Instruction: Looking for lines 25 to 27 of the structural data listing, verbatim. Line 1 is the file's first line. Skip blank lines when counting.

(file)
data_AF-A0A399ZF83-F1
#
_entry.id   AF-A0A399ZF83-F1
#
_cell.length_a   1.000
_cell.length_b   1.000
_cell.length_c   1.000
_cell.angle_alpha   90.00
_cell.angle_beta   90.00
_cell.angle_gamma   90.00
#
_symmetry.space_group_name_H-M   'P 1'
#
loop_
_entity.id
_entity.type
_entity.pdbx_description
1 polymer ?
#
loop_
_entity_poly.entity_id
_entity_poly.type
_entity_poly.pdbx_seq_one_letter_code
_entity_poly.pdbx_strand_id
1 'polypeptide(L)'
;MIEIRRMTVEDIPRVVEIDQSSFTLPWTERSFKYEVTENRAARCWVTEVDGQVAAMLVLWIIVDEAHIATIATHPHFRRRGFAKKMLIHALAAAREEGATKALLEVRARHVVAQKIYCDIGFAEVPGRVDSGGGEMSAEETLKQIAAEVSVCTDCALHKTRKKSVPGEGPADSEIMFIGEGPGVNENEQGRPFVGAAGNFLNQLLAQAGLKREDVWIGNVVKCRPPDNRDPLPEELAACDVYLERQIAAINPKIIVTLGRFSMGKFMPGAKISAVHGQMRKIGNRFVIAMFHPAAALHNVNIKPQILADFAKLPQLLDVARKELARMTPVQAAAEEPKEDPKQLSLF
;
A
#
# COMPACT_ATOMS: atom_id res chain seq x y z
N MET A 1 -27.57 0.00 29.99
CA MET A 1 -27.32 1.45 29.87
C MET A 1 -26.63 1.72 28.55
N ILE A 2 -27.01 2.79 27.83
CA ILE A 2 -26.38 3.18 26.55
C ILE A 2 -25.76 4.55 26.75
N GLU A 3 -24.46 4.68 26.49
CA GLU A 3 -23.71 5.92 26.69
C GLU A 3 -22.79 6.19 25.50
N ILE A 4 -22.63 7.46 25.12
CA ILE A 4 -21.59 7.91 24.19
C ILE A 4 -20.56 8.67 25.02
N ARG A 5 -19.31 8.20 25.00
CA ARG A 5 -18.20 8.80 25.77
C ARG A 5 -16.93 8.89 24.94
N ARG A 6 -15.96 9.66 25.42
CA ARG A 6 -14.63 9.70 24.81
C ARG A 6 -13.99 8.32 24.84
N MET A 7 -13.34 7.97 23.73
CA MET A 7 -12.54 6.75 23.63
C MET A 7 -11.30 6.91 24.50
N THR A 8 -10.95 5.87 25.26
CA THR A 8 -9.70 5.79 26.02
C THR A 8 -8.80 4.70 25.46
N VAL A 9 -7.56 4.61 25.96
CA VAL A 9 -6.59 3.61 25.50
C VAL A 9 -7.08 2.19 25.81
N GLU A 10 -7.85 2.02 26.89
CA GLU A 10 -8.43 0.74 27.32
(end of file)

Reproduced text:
1 'polypeptide(L)'
;MIEIRRMTVEDIPRVVEIDQSSFTLPWTERSFKYEVTENRAARCWVTEVDGQVAAMLVLWIIVDEAHIATIATHPHFRRRGFAKKMLIHALAAAREEGATKALLEVRARHVVAQKIYCDIGFAEVPGRVDSGGGEMSAEETLKQIAAEVSVCTDCALHKTRKKSVPGEGPADSEIMFIGEGPGVNENEQGRPFVGAAGNFLNQLLAQAGLKREDVWIGNVVKCRPPDNRDPLPEELAACDVYLERQIAAINPKIIVTLGRFSMGKFMPGAKISAVHGQMRKIGNRFVIAMFHPAAALHNVNIKPQILADFAKLPQLLDVARKELARMTPVQAAAEEPKEDPKQLSLF
;